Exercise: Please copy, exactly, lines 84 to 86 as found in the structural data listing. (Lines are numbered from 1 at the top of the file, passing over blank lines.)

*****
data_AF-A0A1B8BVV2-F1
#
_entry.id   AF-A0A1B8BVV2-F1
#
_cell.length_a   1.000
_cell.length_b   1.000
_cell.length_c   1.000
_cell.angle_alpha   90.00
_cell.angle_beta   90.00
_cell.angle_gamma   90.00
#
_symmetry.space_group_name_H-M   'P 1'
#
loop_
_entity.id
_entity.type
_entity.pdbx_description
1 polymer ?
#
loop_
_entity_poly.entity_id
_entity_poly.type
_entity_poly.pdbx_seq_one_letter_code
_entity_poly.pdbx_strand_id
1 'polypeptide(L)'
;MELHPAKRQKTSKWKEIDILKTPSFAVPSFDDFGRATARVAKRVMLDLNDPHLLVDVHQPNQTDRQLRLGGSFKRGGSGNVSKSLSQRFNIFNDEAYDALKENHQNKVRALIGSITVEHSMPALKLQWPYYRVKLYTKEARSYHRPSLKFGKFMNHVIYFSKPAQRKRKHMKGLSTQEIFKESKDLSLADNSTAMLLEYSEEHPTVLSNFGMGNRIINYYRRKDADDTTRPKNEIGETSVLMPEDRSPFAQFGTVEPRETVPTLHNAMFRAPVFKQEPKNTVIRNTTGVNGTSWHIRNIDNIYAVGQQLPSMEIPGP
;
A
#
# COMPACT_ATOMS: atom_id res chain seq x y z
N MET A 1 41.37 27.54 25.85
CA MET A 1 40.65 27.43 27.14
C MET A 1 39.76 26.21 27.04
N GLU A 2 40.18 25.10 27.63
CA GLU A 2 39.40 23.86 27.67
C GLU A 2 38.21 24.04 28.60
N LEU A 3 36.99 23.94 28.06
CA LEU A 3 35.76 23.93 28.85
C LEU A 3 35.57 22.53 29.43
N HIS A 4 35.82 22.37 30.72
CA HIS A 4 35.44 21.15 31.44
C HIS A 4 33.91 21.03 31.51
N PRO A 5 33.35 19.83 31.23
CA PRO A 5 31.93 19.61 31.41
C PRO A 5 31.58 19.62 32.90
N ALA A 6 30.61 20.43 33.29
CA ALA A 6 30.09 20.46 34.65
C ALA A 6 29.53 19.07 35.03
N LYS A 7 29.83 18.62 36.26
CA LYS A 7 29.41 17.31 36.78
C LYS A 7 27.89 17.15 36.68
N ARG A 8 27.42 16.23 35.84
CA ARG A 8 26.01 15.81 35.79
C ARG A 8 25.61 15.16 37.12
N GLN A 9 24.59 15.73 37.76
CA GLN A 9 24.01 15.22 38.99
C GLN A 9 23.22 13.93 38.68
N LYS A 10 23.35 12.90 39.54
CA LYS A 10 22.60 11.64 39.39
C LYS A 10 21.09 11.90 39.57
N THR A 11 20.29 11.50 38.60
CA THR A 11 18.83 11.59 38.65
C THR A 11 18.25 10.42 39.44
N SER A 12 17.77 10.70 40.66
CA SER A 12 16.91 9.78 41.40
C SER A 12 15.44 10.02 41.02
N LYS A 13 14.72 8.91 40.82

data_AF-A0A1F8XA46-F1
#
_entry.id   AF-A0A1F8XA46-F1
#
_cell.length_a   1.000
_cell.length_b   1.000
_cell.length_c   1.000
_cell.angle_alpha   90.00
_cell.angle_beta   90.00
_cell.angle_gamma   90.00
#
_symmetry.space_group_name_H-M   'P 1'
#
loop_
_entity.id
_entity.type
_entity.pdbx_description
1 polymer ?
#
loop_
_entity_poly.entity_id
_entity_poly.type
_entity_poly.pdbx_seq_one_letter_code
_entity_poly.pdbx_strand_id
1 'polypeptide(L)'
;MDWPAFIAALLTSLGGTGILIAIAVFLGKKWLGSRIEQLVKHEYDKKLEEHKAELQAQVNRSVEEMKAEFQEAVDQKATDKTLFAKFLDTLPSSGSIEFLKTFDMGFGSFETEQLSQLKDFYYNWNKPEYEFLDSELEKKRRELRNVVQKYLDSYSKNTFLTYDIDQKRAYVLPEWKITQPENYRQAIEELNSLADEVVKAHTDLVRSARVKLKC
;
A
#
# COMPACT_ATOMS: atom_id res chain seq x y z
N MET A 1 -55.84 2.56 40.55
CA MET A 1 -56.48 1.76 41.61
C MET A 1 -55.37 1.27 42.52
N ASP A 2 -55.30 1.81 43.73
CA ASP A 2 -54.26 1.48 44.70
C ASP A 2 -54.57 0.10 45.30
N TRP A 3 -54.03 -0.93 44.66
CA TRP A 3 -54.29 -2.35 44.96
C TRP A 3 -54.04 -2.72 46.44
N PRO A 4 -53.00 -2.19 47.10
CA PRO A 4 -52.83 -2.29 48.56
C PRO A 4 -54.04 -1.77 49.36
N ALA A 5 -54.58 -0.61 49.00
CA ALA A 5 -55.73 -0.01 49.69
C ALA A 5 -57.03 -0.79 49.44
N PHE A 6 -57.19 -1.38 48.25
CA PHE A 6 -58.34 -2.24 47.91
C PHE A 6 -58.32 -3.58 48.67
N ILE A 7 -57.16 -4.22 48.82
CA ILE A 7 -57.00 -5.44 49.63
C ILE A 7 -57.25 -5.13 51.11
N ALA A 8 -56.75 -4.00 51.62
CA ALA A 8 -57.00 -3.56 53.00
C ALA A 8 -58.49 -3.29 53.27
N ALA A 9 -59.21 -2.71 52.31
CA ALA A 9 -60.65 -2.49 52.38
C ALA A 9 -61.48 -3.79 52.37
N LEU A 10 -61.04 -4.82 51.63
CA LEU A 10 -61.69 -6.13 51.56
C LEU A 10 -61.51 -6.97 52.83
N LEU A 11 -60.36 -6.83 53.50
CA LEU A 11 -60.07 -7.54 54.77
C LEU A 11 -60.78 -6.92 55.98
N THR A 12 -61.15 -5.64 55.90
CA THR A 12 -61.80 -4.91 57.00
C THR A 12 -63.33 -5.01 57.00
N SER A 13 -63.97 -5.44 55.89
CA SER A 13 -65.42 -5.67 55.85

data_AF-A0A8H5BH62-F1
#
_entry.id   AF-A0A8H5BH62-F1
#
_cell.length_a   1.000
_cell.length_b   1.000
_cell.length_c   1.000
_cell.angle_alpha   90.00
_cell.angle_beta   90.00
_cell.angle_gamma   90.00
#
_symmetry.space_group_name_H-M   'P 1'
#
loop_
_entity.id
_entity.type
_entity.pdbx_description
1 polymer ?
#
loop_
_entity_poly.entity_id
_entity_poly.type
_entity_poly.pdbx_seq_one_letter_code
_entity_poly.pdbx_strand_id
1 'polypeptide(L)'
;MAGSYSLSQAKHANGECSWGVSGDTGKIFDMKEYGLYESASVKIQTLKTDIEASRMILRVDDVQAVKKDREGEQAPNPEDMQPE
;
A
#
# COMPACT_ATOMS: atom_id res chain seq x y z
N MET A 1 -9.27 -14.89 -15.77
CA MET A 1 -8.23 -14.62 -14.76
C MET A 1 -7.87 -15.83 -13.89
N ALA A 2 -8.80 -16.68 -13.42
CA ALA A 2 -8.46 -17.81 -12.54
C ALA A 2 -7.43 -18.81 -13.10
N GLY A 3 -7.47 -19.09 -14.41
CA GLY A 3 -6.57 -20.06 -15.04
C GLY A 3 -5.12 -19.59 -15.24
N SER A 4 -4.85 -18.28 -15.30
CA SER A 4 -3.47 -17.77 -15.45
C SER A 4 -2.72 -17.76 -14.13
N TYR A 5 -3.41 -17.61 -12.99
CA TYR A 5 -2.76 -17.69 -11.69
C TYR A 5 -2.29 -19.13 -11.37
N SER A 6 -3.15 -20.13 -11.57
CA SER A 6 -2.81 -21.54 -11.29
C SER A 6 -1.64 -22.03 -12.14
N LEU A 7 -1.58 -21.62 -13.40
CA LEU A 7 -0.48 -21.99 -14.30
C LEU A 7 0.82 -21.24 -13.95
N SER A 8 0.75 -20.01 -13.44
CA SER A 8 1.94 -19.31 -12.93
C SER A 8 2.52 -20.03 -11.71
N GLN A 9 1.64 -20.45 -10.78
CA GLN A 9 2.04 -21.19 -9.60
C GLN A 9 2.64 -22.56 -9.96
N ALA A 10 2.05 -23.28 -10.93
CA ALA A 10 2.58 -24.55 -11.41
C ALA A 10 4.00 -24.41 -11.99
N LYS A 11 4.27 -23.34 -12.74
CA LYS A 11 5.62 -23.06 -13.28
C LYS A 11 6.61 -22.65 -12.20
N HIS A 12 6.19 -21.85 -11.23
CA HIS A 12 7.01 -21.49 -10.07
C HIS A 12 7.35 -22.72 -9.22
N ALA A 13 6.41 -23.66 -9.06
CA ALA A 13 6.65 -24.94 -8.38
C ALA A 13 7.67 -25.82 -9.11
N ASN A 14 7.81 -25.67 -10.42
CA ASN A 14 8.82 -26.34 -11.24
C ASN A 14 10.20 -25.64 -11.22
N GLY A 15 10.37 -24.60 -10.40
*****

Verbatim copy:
_entity.pdbx_description
1 polymer ?
#